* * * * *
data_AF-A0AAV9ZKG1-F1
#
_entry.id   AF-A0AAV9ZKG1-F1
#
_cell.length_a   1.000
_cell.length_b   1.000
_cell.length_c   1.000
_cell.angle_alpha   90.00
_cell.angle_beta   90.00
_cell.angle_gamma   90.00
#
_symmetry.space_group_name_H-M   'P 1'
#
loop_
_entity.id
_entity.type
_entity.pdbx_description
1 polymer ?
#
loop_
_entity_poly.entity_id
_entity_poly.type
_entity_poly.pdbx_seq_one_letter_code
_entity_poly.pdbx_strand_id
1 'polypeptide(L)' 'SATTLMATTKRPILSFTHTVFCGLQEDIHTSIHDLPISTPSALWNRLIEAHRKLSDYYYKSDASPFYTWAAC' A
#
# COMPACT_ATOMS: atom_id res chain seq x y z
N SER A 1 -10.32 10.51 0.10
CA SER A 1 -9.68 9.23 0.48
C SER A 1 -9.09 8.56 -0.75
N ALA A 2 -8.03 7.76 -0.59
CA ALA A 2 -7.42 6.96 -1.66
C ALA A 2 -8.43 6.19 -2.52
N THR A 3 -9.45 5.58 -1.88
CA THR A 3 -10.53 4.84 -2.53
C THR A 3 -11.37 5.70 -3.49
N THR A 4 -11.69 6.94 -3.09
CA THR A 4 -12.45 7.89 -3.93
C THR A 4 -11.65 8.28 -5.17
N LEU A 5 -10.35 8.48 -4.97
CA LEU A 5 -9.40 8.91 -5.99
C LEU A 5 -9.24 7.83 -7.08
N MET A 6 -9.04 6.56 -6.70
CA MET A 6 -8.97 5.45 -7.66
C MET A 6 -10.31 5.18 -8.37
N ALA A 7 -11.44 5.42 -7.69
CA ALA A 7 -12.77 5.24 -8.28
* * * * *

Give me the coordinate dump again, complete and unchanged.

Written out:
data_AF-A0AAV9ZKG1-F1
#
_entry.id   AF-A0AAV9ZKG1-F1
#
_cell.length_a   1.000
_cell.length_b   1.000
_cell.length_c   1.000
_cell.angle_alpha   90.00
_cell.angle_beta   90.00
_cell.angle_gamma   90.00
#
_symmetry.space_group_name_H-M   'P 1'
#
loop_
_entity.id
_entity.type
_entity.pdbx_description
1 polymer ?
#
loop_
_entity_poly.entity_id
_entity_poly.type
_entity_poly.pdbx_seq_one_letter_code
_entity_poly.pdbx_strand_id
1 'polypeptide(L)' 'SATTLMATTKRPILSFTHTVFCGLQEDIHTSIHDLPISTPSALWNRLIEAHRKLSDYYYKSDASPFYTWAAC' A
#
# COMPACT_ATOMS: atom_id res chain seq x y z
N SER A 1 -10.32 10.51 0.10
CA SER A 1 -9.68 9.23 0.48
C SER A 1 -9.09 8.56 -0.75
N ALA A 2 -8.03 7.76 -0.59
CA ALA A 2 -7.42 6.96 -1.66
C ALA A 2 -8.43 6.19 -2.52
N THR A 3 -9.45 5.58 -1.88
CA THR A 3 -10.53 4.84 -2.53
C THR A 3 -11.37 5.70 -3.49
N THR A 4 -11.69 6.94 -3.09
CA THR A 4 -12.45 7.89 -3.93
C THR A 4 -11.65 8.28 -5.17
N LEU A 5 -10.35 8.48 -4.97
CA LEU A 5 -9.40 8.91 -5.99
C LEU A 5 -9.24 7.83 -7.08
N MET A 6 -9.04 6.56 -6.70
CA MET A 6 -8.97 5.45 -7.66
C MET A 6 -10.31 5.18 -8.37
N ALA A 7 -11.44 5.42 -7.69
CA ALA A 7 -12.77 5.24 -8.28